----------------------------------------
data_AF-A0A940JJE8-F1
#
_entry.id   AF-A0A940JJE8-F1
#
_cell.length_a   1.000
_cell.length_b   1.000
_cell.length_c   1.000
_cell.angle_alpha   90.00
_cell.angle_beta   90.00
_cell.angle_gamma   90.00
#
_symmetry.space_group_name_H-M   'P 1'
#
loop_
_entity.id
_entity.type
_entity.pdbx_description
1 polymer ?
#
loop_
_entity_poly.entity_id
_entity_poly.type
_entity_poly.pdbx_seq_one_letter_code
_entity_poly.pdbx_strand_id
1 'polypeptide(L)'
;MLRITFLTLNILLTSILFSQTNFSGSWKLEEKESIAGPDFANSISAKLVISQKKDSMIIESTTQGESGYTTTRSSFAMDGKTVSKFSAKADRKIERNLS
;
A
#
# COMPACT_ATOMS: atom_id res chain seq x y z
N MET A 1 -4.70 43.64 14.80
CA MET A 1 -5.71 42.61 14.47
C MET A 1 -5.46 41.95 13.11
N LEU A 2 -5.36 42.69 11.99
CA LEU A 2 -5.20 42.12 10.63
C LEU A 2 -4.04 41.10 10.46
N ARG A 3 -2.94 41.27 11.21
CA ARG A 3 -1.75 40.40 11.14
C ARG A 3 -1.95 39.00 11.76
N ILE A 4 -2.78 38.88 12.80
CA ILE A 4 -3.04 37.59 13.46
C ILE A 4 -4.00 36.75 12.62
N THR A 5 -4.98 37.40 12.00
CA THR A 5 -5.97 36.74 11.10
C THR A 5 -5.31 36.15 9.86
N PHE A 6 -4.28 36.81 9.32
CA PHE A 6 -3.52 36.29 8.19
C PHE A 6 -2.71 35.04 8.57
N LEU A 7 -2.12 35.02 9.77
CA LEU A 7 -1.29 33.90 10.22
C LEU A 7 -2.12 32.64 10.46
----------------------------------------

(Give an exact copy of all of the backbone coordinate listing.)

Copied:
data_AF-A0A940JJE8-F1
#
_entry.id   AF-A0A940JJE8-F1
#
_cell.length_a   1.000
_cell.length_b   1.000
_cell.length_c   1.000
_cell.angle_alpha   90.00
_cell.angle_beta   90.00
_cell.angle_gamma   90.00
#
_symmetry.space_group_name_H-M   'P 1'
#
loop_
_entity.id
_entity.type
_entity.pdbx_description
1 polymer ?
#
loop_
_entity_poly.entity_id
_entity_poly.type
_entity_poly.pdbx_seq_one_letter_code
_entity_poly.pdbx_strand_id
1 'polypeptide(L)'
;MLRITFLTLNILLTSILFSQTNFSGSWKLEEKESIAGPDFANSISAKLVISQKKDSMIIESTTQGESGYTTTRSSFAMDGKTVSKFSAKADRKIERNLS
;
A
#
# COMPACT_ATOMS: atom_id res chain seq x y z
N MET A 1 -4.70 43.64 14.80
CA MET A 1 -5.71 42.61 14.47
C MET A 1 -5.46 41.95 13.11
N LEU A 2 -5.36 42.69 11.99
CA LEU A 2 -5.20 42.12 10.63
C LEU A 2 -4.04 41.10 10.46
N ARG A 3 -2.94 41.27 11.21
CA ARG A 3 -1.75 40.40 11.14
C ARG A 3 -1.95 39.00 11.76
N ILE A 4 -2.78 38.88 12.80
CA ILE A 4 -3.04 37.59 13.46
C ILE A 4 -4.00 36.75 12.62
N THR A 5 -4.98 37.40 12.00
CA THR A 5 -5.97 36.74 11.10
C THR A 5 -5.31 36.15 9.86
N PHE A 6 -4.28 36.81 9.32
CA PHE A 6 -3.52 36.29 8.19
C PHE A 6 -2.71 35.04 8.57
N LEU A 7 -2.12 35.02 9.77
CA LEU A 7 -1.29 33.90 10.22
C LEU A 7 -2.12 32.64 10.46